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May 18, 2016

MLA Speaks Up on Commission Decision

The Toledo Alcaldes Association and the Maya Leaders Alliance remain at loggerheads with the government-appointed Toledo Maya Land Rights Commission, following an incident on Monday in Punta Gorda Town.  As we reported, TAA President Alfonso Cal was refused a meeting with commission chair Lisel Alamilla and was summarily removed from the organization’s headquarters when police were called to the office.  Since then, the commission has responded and no reference to that incident was made in the release.  The statement goes on to say that a scheduled meeting with thirty-two village leaders was held on Monday and that discussion was fruitful.  Now, the Toledo Alcaldes Association has been leading the charge on Maya land rights issues for over three decades and is the recognized body when it comes to dealing with the case.  So if the president, who represents the organization, was evicted from the premises then who did Alamilla meet with?  That’s what continues to baffle MLA spokesperson Cristina Coc, who told News Five that the Toledo Alcaldes Association is comprised of traditional leaders, as well those who are elected.


On the Phone: Cristina Coc, Spokesperson, MLA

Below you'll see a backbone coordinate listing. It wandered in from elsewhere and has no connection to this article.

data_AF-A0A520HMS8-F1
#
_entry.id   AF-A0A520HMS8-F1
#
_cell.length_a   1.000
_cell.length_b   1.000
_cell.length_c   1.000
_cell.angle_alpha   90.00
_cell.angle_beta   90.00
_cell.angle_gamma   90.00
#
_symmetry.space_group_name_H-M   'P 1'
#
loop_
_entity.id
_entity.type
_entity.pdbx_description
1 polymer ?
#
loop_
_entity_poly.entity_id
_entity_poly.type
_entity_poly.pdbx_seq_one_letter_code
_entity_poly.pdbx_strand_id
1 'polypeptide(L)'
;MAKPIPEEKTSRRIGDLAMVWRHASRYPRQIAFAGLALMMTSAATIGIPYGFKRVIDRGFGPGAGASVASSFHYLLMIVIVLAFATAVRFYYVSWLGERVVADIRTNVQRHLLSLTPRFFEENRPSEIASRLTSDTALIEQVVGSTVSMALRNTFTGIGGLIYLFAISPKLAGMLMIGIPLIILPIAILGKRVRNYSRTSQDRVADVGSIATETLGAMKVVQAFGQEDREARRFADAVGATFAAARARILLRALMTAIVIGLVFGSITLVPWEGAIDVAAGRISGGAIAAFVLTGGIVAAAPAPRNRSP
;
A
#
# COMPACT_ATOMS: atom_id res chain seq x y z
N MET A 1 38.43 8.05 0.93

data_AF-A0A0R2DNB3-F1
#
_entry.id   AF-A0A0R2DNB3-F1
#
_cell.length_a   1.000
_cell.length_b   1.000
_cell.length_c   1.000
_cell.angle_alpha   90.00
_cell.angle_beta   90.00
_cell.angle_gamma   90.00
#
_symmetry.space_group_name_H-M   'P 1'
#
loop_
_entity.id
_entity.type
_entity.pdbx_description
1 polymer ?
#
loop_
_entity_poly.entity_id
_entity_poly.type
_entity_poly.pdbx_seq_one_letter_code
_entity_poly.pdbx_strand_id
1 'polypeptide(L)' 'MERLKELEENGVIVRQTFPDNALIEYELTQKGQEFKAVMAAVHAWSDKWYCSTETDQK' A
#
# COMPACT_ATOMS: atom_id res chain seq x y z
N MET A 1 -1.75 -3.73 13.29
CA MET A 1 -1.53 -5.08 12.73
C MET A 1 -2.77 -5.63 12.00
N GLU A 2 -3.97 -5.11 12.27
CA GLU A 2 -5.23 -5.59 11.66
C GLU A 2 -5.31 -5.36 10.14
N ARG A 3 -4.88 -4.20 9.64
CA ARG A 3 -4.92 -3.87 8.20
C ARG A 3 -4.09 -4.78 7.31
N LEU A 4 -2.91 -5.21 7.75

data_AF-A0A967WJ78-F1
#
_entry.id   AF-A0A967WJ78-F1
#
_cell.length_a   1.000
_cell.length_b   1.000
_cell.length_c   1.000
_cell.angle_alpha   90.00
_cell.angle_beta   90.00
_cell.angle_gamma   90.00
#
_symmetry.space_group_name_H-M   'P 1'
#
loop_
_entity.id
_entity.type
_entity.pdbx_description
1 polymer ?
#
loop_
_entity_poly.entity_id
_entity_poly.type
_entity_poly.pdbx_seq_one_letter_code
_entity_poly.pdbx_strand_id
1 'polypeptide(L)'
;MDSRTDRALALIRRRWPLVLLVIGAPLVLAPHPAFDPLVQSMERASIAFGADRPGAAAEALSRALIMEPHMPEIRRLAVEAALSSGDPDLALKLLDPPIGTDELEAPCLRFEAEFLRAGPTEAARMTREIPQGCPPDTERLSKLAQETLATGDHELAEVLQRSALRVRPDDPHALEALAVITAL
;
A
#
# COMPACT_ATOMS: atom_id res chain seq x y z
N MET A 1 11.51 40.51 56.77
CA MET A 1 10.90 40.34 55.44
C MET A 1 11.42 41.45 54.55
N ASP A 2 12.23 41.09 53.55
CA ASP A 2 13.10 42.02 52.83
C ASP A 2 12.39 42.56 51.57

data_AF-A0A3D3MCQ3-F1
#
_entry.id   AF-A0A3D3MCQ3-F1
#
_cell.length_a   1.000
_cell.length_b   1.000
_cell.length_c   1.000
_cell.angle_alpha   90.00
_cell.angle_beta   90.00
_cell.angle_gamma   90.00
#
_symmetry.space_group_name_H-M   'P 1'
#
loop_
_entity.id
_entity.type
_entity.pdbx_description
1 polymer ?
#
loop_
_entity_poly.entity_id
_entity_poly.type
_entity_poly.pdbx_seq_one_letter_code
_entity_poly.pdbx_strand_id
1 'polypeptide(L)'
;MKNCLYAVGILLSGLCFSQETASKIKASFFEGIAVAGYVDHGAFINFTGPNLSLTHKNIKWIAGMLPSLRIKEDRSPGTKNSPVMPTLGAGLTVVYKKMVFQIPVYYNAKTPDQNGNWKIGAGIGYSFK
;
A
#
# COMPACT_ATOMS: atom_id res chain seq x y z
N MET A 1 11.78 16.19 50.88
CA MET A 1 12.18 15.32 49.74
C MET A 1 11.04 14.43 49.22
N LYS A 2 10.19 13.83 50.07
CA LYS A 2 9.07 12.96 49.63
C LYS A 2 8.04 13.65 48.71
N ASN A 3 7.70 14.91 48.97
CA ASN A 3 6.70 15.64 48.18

“For us the Maya people it is very clear what is before us.  What is before us is the implementation of the Caribbean Court of Justice’s order.  Now the court made an order which was consented to by the Government of Belize.  The government has established a commission that it feels is capable and has the blessing and the authority to act on behalf of the state.  Our mandate is to consult and negotiate with the state of Belize, not with an individual and not with a particular commission but any commission that the government deems fit to speak on its behalf and to act on its behalf.  We recognize and we continue to appreciate the establishment of the Toledo Maya Land Rights Commission which is currently chaired by Lisel Alamilla.  We saw the press release that she sent out, as you mentioned, and in that release I am trying to understand what the purpose of the release was and what she was trying to allude to.  It did not mention the incident, as you rightly pointed out, it did not say one way or another whether or not it was true.  We stand by what we say.  We were asked to vacate those premises, we were told to leave, we were told it was private property and not a public space and we were told that we were not welcomed at that meeting.  We take that to mean that the commission, and Lisel acting on behalf of the commission, is basically saying I am not willing to engage with your traditional leaders, with your Alcaldes.  Now bear in mind that the Maya land rights cases have been led time and time again for the last thirty something years by the Toledo Alcaldes Association.  These are the traditional leaders who represent each one of our thirty-nine communities, they are the only legitimate representatives of our communities and our customary rights and our land tenure security.  So if the commission’s position is that it is unwilling to speak with the Maya then the only thing that is being undermined in this case is the Caribbean Court of Justice’s order.”

Viewers please note: This Internet newscast is a verbatim transcript of our evening television newscast. Where speakers use Kriol, we attempt to faithfully reproduce the quotes using a standard spelling system.

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